One of the enduring features of American inequality is the wide disparity in homeownership rates between white Americans and Latinos and African-Americans. And because homeownership has — or at least was, historically — a principal means by which families built wealth, this disparity in homeownership translated into or amplified racial and ethnic wealth disparities. There are, of course, many reasons for the disparities in homeownership rates: discrimination in home sales, employment, and education figure as prominent explanations, as does red-lining and exploitative lending practices.
This observation seemingly leads to a straight-forward policy response: if we want to redress our wealth disparity, we ought to be promoting wider homeownership, especially for racial and ethnic groups, like Latinos and African-Americans. And because access to housing finance is central to ownership, that leads to proposals to liberalize or loosen up lending standards. That’s exactly the case that was made recently by the Urban Institute, which said:
For a full mortgage market recovery, we need to expand the credit box again. A number of reforms can be undertaken to encourage lending to creditworthy borrowers who would have qualified before the housing boom. A return to 2005 and 2006 lending practices would be ill-fated, but the pendulum has unquestionably swung too far. Today’s tight standards have locked out many prospective borrowers from homeownership, disproportionately preventing African American and Hispanic families from building wealth and benefiting from the recovery.
The Urban Institute provides copious details on the patterns of mortgage lending, by race and ethnicity over the past decade and a half (with very cool mapping, both nationally and by metropolitan areas). They show that since 2006, mortgage lending to African-Americans and Latinos, as a share of all mortgage originations has fallen sharply.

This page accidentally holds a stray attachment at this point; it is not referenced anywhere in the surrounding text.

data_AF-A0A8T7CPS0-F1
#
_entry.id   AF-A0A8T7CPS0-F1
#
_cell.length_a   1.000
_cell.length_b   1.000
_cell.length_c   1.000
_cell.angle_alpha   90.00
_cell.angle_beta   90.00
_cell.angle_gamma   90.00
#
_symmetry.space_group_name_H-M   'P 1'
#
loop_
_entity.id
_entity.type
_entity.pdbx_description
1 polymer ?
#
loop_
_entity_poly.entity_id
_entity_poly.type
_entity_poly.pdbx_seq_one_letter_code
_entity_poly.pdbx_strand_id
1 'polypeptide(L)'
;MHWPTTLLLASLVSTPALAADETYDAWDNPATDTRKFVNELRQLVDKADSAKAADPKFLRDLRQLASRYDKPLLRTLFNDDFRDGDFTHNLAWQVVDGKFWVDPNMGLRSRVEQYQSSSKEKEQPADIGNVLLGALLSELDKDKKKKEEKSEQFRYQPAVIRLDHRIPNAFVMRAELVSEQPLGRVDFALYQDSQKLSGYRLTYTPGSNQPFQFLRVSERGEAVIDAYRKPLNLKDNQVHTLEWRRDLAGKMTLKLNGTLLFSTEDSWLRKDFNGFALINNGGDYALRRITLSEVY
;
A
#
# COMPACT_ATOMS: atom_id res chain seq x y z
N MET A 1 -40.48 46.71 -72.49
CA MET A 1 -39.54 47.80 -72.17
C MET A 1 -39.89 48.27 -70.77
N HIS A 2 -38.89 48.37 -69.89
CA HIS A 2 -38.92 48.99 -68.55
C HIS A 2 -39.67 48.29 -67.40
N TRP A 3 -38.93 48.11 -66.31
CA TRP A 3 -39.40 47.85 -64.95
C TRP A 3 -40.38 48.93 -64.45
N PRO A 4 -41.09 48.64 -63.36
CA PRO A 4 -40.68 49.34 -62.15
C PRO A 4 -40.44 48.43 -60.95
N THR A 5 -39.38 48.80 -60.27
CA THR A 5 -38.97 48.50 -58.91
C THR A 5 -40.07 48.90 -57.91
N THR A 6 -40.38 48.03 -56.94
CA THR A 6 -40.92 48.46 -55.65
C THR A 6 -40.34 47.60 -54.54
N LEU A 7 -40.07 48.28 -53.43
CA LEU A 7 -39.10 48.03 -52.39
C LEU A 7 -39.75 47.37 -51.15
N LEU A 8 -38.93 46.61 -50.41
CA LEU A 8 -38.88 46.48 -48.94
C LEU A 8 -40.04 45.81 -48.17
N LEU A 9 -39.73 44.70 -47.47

But would loosening mortgage restrictions and opening up housing finance really result in economic gains to those now shut out of the housing market? Perhaps the most fundamental advice in investing (and the hardest to follow in practice) is “Buy low, sell high.” In a technical sense, this is referred to as “market timing.”
The big lesson of the housing bubble and subsequent bust is that market timing matters a lot to investment results. If you bought your home in 2000 (or better yet, sometime in the previous decade), you not only saw big gains in the bubble, but you probably came out the other side with your head (and your mortgage) above water. But if you bought at the peak of the bubble, in 2005 or 2006, and especially if you purchased your home with a highly leveraged 90 or 95 percent mortgage (as many did) you saw your investment wiped out–and more.
And as the Urban Institute data make clear, the groups most likely to end up in this wealth destroying “buy high, sell low” situation are Latinos and African Americans: “African American and Hispanic borrowers took out a greater share of mortgages as housing prices neared their peak, arguably the worst time to take out a loan.” In 2001, when we were in a recession and house prices (by standards of that decade) were low, these groups made up just 13 percent of all new home mortgages. When lending standards loosened up, the share of minority borrowers surged, and in 2006, African-Americans and Latinos made up almost twice as big a share (23 percent) of new mortgages. And then, as the bubble collapsed, and lending standards tightened, they were again squeezed out of the mortgage market.
As we’ve noted before at City Observatory, rotten market timing is just one of the problems confronting minority borrowers. In addition, they tend to be charged higher interest rates (typically because they have lower credit scores), they tend to buy in neighborhoods with greater volatility and downside risk, and were–as several billion dollar plus settlements attest–victimized by exploitative lending practices.
From the standpoint of policy, and trying to tackle this persistent wealth gap, the question going forward is whether housing investment in the future will out-perform other investments. Plus, as we’ve pointed out, there’s an inherent tension between treating housing as a wealth-building policy and achieving housing affordability. While relaxing lending standards further (and allowing borrowers to take on greater leverage) might help more Latino and African-American families buy homes, its far from clear than its a strategy that will enable them to build wealth. It would be great if housing purchases were a risk-free investment that would guarantee a reasonable rate of return, and if all borrowers had the same opportunity to buy at the same terms and at the same times. But that’s not the way the housing market works, even–or especially–when lending standards are relaxed. If we want to redress the big gaps in wealth among racial and ethnic groups in the US, we’ll probably need to consider other policies to do so.